Consumers Use Arbitration to Settle Lemon Law Disputes

​Ohio's lemon law was enacted to protect consumers against manufacturer defects when they purchase or lease a new motor vehicle. This law requires manufacturers, under certain circumstances, to replace or buy back a vehicle with a defect that substantially impairs its use, value or safety, and that cannot be or has not been properly repaired or repaired in a timely manner. The motor vehicles that are covered under the lemon law are:  passenger cars, motorcycles, motor homes (engine and chassis only) and "light" trucks (trucks that can carry no more than one ton and are not used for business).  These vehicles are protected under the lemon law in the first year or 18,000 miles of operation, whichever occurs first.  If neither the dealer nor the manufacturer representative is able to repair the defects, you may have a "lemon."  But, before you file a lawsuit, arbitration is another way to resolve your dispute, and, in some cases, arbitration is mandatory.

Q: How can I use arbitration to settle my dispute with the auto manufacturer?
A: Arbitration is an informal method of quickly resolving a variety of disputes, and can be used by consumers to settle disputes with auto manufacturers. During the arbitration process, you will present your case to one or more arbitrators who will also hear from the manufacturer. You may make your presentation in person, by telephone conference call, or in writing--whichever is the most comfortable for you.

Q: How long does the arbitration process take?
A: In most cases, a decision is made within 40 days after the consumer's application for arbitration has been received by the arbitration board.

Q: How much does the arbitration process cost?
A: It is free to consumers.

Q: Who pays for the arbitration program?
A: The arbitration programs are paid for by the manufacturers. For them, whether they win or lose, it is a less expensive process than defending lemon law cases in court. The arbitrators are not, however, employed by the manufacturers. They are volunteers who are recruited  and trained by the Better Business Bureau and who donate their time to assist in resolving these disputes.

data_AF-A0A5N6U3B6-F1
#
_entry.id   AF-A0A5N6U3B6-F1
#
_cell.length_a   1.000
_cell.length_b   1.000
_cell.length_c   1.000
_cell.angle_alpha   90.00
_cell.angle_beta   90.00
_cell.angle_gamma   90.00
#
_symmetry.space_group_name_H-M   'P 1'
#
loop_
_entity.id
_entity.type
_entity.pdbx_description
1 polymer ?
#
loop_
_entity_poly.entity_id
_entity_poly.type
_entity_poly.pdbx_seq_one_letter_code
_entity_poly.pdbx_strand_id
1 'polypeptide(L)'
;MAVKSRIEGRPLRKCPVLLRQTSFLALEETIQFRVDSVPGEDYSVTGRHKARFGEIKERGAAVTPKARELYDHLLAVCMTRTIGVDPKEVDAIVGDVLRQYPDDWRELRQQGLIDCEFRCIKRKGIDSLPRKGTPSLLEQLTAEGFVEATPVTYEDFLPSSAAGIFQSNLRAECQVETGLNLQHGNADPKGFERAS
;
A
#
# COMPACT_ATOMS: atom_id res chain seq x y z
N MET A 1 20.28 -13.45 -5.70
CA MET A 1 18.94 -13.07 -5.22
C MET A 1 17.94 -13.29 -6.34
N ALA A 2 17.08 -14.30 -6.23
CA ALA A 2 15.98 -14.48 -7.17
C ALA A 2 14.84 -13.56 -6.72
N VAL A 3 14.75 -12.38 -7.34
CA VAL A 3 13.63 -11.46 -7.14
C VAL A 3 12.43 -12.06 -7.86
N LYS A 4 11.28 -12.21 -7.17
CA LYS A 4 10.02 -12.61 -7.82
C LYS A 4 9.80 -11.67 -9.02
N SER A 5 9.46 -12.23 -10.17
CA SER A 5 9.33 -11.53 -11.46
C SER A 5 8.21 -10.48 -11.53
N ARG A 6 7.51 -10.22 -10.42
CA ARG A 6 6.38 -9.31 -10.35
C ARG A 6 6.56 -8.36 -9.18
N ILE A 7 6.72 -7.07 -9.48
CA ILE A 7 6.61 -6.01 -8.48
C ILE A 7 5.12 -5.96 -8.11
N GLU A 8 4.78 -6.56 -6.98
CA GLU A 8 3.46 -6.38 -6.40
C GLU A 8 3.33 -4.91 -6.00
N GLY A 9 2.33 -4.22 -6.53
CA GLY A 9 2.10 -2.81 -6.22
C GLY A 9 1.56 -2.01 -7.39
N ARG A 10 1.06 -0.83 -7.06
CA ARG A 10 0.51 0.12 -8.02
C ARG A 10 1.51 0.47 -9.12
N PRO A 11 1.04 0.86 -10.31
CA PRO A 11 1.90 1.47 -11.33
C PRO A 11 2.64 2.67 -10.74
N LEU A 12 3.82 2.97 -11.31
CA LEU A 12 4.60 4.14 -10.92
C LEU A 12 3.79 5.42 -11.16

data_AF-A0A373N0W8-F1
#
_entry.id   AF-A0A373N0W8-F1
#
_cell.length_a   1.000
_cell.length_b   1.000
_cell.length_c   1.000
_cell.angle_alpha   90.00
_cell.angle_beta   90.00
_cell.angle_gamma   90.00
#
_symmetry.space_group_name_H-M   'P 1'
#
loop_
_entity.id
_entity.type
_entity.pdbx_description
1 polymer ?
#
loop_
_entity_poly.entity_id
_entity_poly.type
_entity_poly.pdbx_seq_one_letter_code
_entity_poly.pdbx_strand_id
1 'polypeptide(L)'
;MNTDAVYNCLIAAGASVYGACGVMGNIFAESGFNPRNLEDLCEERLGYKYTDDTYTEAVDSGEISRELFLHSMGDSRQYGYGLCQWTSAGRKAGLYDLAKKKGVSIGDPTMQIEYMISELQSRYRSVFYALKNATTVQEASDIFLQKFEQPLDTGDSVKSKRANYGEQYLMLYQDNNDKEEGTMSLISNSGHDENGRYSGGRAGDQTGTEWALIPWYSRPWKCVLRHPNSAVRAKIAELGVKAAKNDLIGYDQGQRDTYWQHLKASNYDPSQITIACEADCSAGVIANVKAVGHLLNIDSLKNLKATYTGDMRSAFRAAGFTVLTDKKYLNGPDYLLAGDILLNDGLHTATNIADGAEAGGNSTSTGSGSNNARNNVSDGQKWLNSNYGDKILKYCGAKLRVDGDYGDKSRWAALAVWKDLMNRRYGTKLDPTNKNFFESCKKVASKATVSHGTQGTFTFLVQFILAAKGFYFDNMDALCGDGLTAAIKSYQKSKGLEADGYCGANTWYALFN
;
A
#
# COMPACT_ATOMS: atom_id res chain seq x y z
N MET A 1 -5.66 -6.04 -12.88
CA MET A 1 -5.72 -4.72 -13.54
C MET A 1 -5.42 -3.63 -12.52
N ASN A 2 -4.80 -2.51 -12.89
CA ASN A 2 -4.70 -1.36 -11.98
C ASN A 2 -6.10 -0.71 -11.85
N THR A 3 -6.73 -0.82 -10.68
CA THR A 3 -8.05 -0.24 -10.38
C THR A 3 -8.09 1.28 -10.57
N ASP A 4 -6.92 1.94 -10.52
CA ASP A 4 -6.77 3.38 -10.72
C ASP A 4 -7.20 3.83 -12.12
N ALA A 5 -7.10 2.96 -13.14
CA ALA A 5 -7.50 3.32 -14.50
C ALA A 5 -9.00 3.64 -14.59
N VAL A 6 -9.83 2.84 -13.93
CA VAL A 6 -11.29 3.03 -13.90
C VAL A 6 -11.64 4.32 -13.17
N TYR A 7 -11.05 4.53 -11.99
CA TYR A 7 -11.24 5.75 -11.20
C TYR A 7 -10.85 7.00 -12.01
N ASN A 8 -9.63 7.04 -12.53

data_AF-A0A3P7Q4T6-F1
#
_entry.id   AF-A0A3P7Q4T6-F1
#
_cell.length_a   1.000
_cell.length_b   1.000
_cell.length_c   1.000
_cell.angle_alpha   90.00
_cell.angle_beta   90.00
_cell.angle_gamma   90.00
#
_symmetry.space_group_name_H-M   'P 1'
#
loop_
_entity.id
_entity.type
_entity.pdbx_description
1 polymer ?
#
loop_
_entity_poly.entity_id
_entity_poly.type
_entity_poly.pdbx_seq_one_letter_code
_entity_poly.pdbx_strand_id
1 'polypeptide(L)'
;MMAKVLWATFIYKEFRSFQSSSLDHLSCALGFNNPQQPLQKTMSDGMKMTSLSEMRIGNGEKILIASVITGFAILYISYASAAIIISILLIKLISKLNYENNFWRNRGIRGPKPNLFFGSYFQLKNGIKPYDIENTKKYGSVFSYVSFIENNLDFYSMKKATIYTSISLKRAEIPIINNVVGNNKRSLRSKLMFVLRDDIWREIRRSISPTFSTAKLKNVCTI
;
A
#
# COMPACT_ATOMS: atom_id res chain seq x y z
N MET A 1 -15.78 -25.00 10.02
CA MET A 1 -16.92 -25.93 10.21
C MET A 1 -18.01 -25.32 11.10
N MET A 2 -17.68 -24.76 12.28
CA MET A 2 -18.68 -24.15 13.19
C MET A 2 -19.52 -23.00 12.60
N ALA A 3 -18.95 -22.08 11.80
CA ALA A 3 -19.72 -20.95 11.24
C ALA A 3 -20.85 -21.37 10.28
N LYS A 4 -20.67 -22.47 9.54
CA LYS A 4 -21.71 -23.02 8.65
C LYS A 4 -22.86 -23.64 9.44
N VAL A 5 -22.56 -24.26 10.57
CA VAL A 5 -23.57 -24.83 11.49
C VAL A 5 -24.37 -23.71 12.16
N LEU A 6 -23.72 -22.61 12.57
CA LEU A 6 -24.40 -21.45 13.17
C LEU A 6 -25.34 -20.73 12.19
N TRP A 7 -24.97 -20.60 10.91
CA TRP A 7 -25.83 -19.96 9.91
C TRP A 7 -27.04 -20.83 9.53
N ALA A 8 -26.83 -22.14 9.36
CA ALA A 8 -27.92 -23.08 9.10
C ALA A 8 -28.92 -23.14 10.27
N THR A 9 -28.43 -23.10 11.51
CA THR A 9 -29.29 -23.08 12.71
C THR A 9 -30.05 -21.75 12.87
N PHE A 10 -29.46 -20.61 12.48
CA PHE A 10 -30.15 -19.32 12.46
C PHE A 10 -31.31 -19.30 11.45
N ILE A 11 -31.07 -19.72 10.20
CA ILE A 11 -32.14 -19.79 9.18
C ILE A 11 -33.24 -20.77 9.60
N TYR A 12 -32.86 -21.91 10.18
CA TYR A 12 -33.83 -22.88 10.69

Q: Do I have to go through arbitration?
A: If your vehicle was manufactured by the Ford Motor Company, General Motors, Volkswagen/Audi, Isuzu, Hyundai, Kia, Lexus, Workhorse Custom Chassis, Porsche, Toyota, Honda or Mazda, you must go through arbitration before you can file a lawsuit under the lemon law. This is because the arbitration programs sponsored by these manufacturers have been certified by the Attorney General as meeting national and state standards for fairness. If your vehicle was manufactured by another manufacturer, you may, but are not required to, submit your case to arbitration before you file a lawsuit under Ohio's lemon law. Consumers should review their warranty books to see whether the manufacturer has indicated that participation in its informal dispute resolution process is required before filing a lawsuit, regardless of whether it has been approved by the Attorney General.

Q: Do I need a lawyer for the arbitration process?
A: The choice is yours. Arbitration is designed to be a quick and cost-free method to resolve warranty disputes. The process and procedures are very informal. Many consumers successfully present their cases without the assistance of an attorney. Some consumers may feel nervous in unusual circumstances, or may have some difficulty in communicating. These consumers may benefit from the assistance of an attorney.

Q: What happens if I win my case in arbitration?
A: The manufacturers have agreed ahead of time to comply with the arbitration board’s decision. The arbitration boards are empowered to award a wide range of remedies. Under any arbitration program certified by the attorney general, no mileage offset for prior use of the vehicle is permitted. If you win your arbitration, you can expect to be contacted by a representative of the manufacturer; the manufacturer must comply with the decision of the arbitration board within 30 days.

Q: What happens if I lose in arbitration, or if I am dissatisfied with the remedy awarded by the arbitrator?
A: An arbitration board’s decision is binding on the manufacturer, but not on consumer unless the consumer wishes to accept it. If you lose in arbitration or are dissatisfied with the remedy awarded you, the lemon law gives you the right to file a lawsuit. If you win your lawsuit, the manufacturer will be ordered by the court to replace or re-purchase your vehicle, and may include an award of attorney's fees and court costs.

Q: How can I find out more about arbitration and other consumer-related issues?
A: For further information or to file a consumer complaint, you may either write to the Ohio Attorney General, Consumer Protection, 30 East Broad Street, 14th Floor, Columbus, Ohio 43215-3428, or email​, or call the toll-free Help Line at (800) 282-0515. You can also contact one of the following arbitration boards:
1)  National Center for Dispute Settlement (NCDS) - (800) 777-8119 - handles arbitrations for Toyota, Porsche, Lexus and Mitsubishi products;
2) Better Business Bureau (BBB AUTO LINE) - (800) 955-5100 - handles arbitrations for General Motors, Ford, Volkswagen, Kia and many other manufacturers’ products. 

This "Law You Can Use" consumer legal information column was provided by the Ohio State Bar Association. It was prepared in conjunction with the office of the Ohio Attorney General.

Articles appearing in this column are intended to provide broad, general information about the law. This article is not intended to be legal advice. Before applying this information to a specific legal problem, readers are urged to seek advice from a licensed attorney.



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